Before John Huston’s 1964 film, The Night of the Iguana, Puerto Vallarta was a just sleepy little fishing village on the Pacific Coast with approximately 10,000 residents. The movie and the publicity buzz surrounding Richard Burton and Elizabeth Taylor’s torrid love affair put Puerto Vallarta on the tourist map. Today, over 3 million tourists visit the city annually where tourism makes up 50% of the city’s economic activity. The Puerto Vallarta region is actually several destinations rolled into one, each with its own character and charm.
The town is divided into North and South by the Cuale River. The south side of Puerto Vallarta is home to the quaint Romantic Zone with its golden sand beaches and countless bars. Further south you will encounter the seaside villages of Boca de Tomatlan and Mismaloya, where The Night of the Iguana was filmed. North of the river, Old Town with its cobblestone streets snakes uphill to Gringo Gulch. Puerto Vallarta’s renowned Malecon seaside promenade runs from the Romantic Zone to the edge of the Hotel Zone. Further north are the Hotel Zone and Marina where many resorts and restaurants are located.
Sharing the same latitude as the Hawaiian Islands, Puerto Vallarta is renowned for its almost perfect climate. It reigns as one of Mexico’s most popular winter destinations where visitors can enjoy the beaches, stroll the town, shop, browse the flea market in Old Town or just relax and sip tequila along the Malecon boardwalk.
Unfortunately, the U.S. State Department issued a warning last updated on Nov 12, 2012 regarding the safety of travel to Puerto Vallarta:
“Jalisco: Guadalajara and Puerto Vallarta are major cities/travel destinations in Jalisco -see map to identify their exact locations: You should defer non-essential travel to areas of the state that border the states of Michoacán and Zacatecas. You should also exercise caution when traveling at night outside of cities in the remaining portions of this state. There is no recommendation against travel to Guadalajara and Puerto Vallarta. There is also no recommendation against travel on principal highways in Jalisco between Guadalajara including the portions that cross in to the southern portions of the state of Nayarit. The security situation along the Michoacán and Zacatecas borders continues to be unstable and gun battles between criminal groups and authorities occur. Concerns include roadblocks placed by individuals posing as police or military personnel and recent gun battles between rival TCOs involving automatic weapons.”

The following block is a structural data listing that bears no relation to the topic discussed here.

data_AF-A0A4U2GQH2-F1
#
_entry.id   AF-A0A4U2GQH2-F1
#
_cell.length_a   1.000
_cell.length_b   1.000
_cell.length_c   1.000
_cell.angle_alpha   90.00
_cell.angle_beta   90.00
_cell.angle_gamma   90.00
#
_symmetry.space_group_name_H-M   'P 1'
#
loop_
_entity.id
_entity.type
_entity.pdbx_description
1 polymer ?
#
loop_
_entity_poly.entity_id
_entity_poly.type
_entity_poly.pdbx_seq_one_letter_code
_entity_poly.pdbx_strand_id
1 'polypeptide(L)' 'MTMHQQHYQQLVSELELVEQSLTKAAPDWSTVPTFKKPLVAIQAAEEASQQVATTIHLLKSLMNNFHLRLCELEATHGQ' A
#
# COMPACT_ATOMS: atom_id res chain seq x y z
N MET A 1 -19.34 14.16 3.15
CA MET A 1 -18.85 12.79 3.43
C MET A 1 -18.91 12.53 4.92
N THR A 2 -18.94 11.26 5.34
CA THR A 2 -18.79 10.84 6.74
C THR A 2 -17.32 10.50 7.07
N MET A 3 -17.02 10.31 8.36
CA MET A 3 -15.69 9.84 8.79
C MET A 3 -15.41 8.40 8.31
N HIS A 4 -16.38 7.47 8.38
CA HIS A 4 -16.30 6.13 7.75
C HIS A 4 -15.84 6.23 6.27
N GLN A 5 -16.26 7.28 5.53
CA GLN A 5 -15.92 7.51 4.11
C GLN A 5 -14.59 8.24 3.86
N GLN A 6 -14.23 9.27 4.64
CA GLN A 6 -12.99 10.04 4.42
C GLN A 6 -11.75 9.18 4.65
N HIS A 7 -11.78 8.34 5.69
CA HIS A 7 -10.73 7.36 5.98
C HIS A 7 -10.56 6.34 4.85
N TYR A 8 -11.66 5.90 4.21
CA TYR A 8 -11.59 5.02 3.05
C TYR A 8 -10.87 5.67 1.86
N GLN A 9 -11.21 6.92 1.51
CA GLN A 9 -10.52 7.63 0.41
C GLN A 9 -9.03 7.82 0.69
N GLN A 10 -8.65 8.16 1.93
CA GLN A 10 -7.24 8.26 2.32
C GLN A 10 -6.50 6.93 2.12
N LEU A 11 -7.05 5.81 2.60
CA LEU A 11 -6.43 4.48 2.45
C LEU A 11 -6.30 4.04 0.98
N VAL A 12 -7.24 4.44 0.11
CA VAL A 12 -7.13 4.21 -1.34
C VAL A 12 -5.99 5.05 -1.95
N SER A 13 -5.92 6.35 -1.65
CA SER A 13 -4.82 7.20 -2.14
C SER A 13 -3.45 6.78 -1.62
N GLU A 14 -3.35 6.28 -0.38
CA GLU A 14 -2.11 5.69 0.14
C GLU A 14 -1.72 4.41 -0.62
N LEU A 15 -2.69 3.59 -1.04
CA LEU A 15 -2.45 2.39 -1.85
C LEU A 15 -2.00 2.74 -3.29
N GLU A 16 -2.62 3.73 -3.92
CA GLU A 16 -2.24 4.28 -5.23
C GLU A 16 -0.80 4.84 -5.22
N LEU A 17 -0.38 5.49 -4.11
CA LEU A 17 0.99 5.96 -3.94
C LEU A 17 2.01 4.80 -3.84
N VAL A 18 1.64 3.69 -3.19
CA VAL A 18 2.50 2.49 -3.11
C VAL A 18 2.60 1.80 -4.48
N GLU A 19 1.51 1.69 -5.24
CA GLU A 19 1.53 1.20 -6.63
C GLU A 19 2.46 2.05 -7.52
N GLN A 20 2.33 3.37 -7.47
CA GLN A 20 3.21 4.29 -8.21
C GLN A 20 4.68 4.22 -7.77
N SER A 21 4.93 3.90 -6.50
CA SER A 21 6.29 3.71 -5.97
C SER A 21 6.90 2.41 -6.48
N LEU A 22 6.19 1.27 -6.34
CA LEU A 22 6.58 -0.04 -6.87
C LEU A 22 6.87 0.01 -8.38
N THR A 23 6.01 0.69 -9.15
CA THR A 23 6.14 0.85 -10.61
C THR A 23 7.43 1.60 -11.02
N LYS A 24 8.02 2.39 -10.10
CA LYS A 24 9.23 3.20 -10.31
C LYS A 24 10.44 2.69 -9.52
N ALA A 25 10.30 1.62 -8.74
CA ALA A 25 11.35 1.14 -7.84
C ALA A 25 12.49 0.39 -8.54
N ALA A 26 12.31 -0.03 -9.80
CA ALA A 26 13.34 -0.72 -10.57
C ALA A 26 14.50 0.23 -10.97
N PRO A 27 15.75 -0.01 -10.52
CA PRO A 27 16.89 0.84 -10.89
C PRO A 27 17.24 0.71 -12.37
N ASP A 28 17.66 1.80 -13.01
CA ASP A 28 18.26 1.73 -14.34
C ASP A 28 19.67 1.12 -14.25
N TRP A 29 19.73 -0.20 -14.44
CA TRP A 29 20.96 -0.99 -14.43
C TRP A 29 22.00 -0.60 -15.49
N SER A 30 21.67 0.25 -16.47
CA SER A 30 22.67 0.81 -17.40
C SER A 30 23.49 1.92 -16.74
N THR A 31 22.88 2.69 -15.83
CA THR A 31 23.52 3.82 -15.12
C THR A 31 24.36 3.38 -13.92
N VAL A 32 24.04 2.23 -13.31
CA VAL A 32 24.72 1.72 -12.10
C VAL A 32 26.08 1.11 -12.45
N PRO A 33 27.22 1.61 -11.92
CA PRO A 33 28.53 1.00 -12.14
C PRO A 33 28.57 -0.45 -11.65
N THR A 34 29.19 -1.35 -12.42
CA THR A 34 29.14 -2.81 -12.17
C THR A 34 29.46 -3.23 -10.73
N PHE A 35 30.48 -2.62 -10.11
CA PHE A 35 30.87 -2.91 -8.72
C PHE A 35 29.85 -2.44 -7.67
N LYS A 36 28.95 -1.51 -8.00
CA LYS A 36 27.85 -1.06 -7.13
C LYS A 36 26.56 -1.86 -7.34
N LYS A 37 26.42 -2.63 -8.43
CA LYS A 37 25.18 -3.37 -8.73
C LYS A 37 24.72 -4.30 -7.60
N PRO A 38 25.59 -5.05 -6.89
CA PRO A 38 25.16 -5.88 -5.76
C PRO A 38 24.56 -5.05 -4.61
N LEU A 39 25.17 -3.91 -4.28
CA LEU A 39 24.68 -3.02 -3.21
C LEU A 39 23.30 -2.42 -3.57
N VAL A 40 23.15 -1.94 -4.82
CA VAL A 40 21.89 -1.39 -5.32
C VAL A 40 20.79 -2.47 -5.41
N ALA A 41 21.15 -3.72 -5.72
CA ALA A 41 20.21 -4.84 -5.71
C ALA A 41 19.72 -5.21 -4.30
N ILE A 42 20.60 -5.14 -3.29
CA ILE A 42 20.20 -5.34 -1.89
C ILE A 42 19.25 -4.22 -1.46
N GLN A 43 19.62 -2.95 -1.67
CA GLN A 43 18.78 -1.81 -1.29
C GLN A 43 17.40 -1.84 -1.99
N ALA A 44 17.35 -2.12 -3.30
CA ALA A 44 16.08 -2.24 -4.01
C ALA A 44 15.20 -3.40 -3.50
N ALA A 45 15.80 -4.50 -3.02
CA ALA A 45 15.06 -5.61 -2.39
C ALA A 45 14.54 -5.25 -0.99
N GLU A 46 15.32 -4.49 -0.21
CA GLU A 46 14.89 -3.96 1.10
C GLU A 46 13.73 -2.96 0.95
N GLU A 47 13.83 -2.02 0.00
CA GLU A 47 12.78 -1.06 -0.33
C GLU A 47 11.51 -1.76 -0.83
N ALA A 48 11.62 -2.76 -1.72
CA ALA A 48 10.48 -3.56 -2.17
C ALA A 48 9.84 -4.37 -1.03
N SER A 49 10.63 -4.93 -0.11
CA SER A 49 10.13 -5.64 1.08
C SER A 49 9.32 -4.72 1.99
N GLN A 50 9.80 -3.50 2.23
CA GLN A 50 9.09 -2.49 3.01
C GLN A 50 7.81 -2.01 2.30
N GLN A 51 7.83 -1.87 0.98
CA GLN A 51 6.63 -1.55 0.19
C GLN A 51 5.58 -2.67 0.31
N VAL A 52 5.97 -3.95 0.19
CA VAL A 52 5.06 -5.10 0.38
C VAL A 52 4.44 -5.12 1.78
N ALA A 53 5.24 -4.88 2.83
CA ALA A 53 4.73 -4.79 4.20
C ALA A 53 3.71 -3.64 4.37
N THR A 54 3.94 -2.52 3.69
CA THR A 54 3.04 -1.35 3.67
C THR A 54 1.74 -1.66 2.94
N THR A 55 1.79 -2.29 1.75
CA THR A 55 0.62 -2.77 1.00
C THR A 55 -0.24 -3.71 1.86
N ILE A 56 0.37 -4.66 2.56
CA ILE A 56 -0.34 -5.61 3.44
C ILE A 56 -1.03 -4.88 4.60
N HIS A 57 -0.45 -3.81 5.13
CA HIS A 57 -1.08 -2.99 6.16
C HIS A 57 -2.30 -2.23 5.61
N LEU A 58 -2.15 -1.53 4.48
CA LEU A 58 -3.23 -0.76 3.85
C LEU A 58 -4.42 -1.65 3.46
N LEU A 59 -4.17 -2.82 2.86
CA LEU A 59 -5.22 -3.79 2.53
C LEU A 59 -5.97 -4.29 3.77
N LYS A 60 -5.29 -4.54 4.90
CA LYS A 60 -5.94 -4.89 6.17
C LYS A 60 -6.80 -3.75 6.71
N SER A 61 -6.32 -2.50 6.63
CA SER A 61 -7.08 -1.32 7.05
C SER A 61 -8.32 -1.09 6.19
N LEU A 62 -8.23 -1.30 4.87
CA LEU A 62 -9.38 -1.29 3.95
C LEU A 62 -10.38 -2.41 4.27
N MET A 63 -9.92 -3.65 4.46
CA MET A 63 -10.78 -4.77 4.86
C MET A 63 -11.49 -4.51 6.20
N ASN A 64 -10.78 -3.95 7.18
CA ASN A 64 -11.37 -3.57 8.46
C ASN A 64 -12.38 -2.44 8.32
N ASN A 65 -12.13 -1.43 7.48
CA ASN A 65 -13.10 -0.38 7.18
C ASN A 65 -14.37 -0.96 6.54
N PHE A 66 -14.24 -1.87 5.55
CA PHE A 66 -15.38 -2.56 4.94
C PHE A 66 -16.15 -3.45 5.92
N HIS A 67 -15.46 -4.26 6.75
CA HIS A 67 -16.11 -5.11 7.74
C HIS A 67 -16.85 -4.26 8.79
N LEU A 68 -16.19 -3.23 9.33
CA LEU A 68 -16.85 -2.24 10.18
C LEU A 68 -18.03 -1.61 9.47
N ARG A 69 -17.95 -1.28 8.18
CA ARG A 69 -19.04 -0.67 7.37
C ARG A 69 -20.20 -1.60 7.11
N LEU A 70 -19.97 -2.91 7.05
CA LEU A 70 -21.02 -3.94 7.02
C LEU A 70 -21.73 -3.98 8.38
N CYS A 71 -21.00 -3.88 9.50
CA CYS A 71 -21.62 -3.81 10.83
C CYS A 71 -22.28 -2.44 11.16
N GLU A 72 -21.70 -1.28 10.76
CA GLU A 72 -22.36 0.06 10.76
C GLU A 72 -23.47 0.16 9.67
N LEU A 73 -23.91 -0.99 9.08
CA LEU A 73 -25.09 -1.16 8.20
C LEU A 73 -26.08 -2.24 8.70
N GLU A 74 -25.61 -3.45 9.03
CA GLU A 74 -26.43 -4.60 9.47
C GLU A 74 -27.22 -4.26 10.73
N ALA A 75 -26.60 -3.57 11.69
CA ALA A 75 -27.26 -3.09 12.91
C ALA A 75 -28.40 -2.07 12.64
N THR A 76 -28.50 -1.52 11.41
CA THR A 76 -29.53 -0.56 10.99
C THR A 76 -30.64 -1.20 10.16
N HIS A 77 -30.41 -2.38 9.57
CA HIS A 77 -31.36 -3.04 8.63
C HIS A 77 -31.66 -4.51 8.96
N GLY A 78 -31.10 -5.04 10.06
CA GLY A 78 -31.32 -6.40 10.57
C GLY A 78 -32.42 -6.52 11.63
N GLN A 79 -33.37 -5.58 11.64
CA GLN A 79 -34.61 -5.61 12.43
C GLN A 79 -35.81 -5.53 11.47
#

Puerto Vallarta’s tourism board commissioned a study from the security consulting firm Thomas Dale and Associates. The firm found that “the number of negative events involving foreigners or non‐foreigners is fractional compared to the large ex‐pat resident population and the millions of visitors that come to vacation each year in Puerto Vallarta”
The study found that “visitors to the destination feel safe and continue to visit Puerto Vallarta numerous times through their lifetime and that the destination’s support services are well above the average standards and dedicated to serving the visiting public. In relations to the drug wars, TDA found that the limited land transit makes the smuggling of guns and drugs through Puerto Vallarta very difficult and thus a non‐issue in the destination.”
Therefore, the general consensus is that it is advisable for tourists to exercise the same cautions in Puerto Vallarta as they would in any U.S. city.
The Official Puerto Vallarta Tourism Page: http://visitpuertovallarta.com/